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How to construct gamma matrices with two lower spinor indices for any dimension?

  1. Oct 5, 2012 #1
    Generally, Gamma matrices with one lower and one upper indices could be constructed based on the Clifford algebra.
    \begin{equation}
    \gamma^{i}\gamma^{j}+\gamma^{j}\gamma^{i}=2h^{ij},
    \end{equation}

    My question is how to generally construct gamma matrices with two lower indices. There should be at least two ways.
    1). construct and use the charge conjugation matrix to lower one spinor index in the gamma matrix;
    2). use inner product to directly obtain the gamma matrices with two lower spinor indices, something like $$<\Gamma e_{\alpha}, e_{\beta}>=\Gamma_{\alpha,\beta}$$, where $$e_{\alpha}$$ are the basis element.

    In even dimensions (D=2m), consider
    complex Grassmann algebra $$\Lambda_{m}[\alpha^{1},...,\alpha^{m}]$$ with
    generators $$\alpha^{1},...,\alpha^{m}.$$) Namely, we define $$\widehat{\alpha
    }^{i}$$ and $$\widehat{\beta}_{i}$$ as multiplication and differentiation
    operators:
    \begin{equation}
    \widehat{\alpha}^{i}\psi=\alpha^{i}\psi,
    \end{equation}
    \begin{equation}
    \widehat{\beta}_{i}\psi=\frac{\partial}{\partial \alpha ^{i}}\psi.
    \end{equation}

    According to the Grassmann algebra, we have
    \begin{equation}
    \widehat{\alpha}^{i}\widehat{\alpha}^{j}+\widehat{\alpha}^{j}\widehat{\alpha}^{i}=0,
    \end{equation}

    \begin{equation}
    \widehat{\beta}_{i}\widehat{\beta}_{j}+\widehat{\beta}_{j} \widehat{\beta}_{i}=0
    \end{equation}

    \begin{equation}
    \widehat{\alpha}^{i}\widehat{\beta}_{j}+\widehat{\beta}_{j} \widehat{\alpha}^{i}=delta_{j}^{i}
    \end{equation}

    This means that $$\widehat{\alpha}^{1},...,\widehat{\alpha}^{m}, \widehat{\beta}_{1},...,\widehat{\beta}_{m}$$ specify a representation of Clifford algebra
    for some choice of $h$ (namely, for $h$ corresponding to quadratic form
    $$\frac{1}{2}(x^{1}x^{m+1}+x^{2}x^{m+2}+...+x^{m}x^{2m})$$). It follows that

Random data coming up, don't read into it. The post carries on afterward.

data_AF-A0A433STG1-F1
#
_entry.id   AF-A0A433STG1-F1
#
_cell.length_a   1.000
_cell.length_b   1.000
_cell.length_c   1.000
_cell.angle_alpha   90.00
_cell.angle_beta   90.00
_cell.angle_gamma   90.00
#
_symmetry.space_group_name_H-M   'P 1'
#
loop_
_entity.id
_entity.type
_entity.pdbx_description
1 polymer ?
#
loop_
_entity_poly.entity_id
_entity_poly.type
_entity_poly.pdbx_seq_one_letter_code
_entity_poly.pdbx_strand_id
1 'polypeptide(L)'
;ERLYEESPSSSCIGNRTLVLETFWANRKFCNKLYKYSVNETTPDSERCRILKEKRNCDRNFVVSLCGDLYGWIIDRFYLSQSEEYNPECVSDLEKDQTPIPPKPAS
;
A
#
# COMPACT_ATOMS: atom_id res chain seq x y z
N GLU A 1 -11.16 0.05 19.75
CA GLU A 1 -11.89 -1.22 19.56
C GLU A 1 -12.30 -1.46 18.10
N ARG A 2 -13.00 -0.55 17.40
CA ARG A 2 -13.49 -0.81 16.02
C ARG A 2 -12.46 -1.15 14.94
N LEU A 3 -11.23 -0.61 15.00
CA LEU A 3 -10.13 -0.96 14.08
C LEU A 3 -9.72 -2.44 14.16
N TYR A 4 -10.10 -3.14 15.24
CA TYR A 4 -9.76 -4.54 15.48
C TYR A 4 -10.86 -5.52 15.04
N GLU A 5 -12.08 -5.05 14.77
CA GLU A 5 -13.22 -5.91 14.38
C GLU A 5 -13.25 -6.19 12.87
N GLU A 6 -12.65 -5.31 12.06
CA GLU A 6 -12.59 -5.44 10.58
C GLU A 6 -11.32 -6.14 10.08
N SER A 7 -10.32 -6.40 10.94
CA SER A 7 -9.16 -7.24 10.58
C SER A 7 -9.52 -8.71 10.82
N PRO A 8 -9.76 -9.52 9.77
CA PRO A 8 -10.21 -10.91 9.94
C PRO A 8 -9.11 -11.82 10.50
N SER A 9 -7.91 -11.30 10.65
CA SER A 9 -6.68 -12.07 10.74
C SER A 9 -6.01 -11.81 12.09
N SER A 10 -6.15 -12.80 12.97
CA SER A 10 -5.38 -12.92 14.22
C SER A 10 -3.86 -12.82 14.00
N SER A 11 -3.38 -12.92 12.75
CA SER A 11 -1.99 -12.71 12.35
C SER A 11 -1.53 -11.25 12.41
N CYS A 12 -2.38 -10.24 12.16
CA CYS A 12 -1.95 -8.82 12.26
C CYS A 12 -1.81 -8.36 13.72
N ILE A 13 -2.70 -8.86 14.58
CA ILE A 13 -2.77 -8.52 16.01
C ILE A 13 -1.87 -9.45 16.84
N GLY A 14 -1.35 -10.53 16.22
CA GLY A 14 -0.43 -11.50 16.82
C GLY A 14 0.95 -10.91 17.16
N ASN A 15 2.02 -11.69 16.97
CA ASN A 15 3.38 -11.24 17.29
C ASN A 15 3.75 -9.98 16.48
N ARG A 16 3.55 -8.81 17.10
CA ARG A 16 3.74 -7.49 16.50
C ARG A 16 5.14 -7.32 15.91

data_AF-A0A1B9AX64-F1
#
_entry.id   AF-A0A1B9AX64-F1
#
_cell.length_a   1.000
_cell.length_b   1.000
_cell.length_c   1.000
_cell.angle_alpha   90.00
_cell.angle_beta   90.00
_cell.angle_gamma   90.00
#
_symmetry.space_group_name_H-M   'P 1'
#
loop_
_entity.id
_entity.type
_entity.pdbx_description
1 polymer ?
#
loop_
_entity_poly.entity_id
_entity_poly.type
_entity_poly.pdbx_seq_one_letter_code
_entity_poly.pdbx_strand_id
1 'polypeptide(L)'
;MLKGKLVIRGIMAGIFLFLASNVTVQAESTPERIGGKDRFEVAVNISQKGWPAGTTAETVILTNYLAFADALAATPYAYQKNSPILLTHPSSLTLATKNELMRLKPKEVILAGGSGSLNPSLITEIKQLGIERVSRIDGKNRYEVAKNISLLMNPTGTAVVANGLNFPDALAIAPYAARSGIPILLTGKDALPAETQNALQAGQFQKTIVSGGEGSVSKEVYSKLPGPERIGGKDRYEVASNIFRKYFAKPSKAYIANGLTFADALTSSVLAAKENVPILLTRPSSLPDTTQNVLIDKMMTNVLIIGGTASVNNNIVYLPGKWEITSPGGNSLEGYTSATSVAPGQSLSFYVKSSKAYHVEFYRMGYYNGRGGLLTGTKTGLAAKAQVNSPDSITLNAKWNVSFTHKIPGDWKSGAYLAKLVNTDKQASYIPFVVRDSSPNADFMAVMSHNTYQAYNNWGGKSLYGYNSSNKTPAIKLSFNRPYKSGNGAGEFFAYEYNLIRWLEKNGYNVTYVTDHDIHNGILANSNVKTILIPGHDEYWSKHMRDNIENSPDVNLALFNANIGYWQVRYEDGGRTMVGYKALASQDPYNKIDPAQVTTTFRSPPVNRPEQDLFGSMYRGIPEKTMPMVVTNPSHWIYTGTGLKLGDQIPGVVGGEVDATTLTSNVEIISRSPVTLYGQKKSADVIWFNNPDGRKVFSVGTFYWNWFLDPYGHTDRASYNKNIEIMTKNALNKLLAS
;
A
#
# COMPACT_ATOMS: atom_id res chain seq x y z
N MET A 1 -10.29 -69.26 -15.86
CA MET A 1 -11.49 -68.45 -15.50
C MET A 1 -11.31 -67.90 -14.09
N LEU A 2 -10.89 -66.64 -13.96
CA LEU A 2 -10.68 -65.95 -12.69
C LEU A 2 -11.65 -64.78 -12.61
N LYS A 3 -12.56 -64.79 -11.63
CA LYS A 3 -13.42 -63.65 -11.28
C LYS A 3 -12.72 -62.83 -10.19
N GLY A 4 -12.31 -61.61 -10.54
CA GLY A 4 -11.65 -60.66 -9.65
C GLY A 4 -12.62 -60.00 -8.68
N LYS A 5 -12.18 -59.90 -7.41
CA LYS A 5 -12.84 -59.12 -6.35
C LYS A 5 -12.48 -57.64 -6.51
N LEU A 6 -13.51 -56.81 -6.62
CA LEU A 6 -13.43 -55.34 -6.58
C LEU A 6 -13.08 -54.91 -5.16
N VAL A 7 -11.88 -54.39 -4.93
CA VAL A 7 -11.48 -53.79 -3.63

operators
    \begin{equation}
    \Gamma^{j}=\widehat{\alpha}^{j}+\widehat{\beta}_{j},1\leq j\leq m,
    \end{equation}
    \begin{equation}
    \Gamma^{j}=\widehat{\alpha}^{j-m}-\widehat{\beta}_{j-m},m<j\leq2m,
    \end{equation}
    determine a representation of $Cl(m,m,\mathbb{C})$


    For example, in $D=4$, we can obtain
    $$\Gamma^{1}=\begin{pmatrix}0&
    1&
    0&
    0\\
    1&
    0&
    0&
    0\\
    0&
    0&
    0&
    1\\
    0&
    0&
    1&
    0\\
    \end{pmatrix}$$,
    $$\Gamma^{2}=\begin{pmatrix}0&
    0&
    0&
    1\\
    0&
    0&
    {-1}&
    0\\
    0&
    {-1}&
    0&
    0\\
    1&
    0&
    0&
    0\\
    \end{pmatrix}$$,
    $$\Gamma^{3}=\begin{pmatrix}0&
    {-1}&
    0&
    0\\
    1&
    0&
    0&
    0\\
    0&
    0&
    0&
    1\\
    0&
    0&
    {-1}&
    0\\
    \end{pmatrix}$$,
    $$\Gamma^{4}=\begin{pmatrix}0&
    0&
    0&
    {-1}\\
    0&
    0&
    1&
    0\\
    0&
    {-1}&
    0&
    0\\
    1&
    0&
    0&
    0\\
    \end{pmatrix}$$


    My question is how to generally construct the charge conjugation matrix C, so that we could have
    $$C\Gamma C^{-1}=+/-\Gamma^T$$
     
  2. jcsd
  3. Oct 5, 2012 #2
    Any tips will be greatly appreciated.
    :)
     
  4. Oct 5, 2012 #3
    If you are looking for the charge conjugation matrix in various dimensions then check out the back of Polchinski's "String Theory Volume 2". Appendix B has everything you'll need.
     
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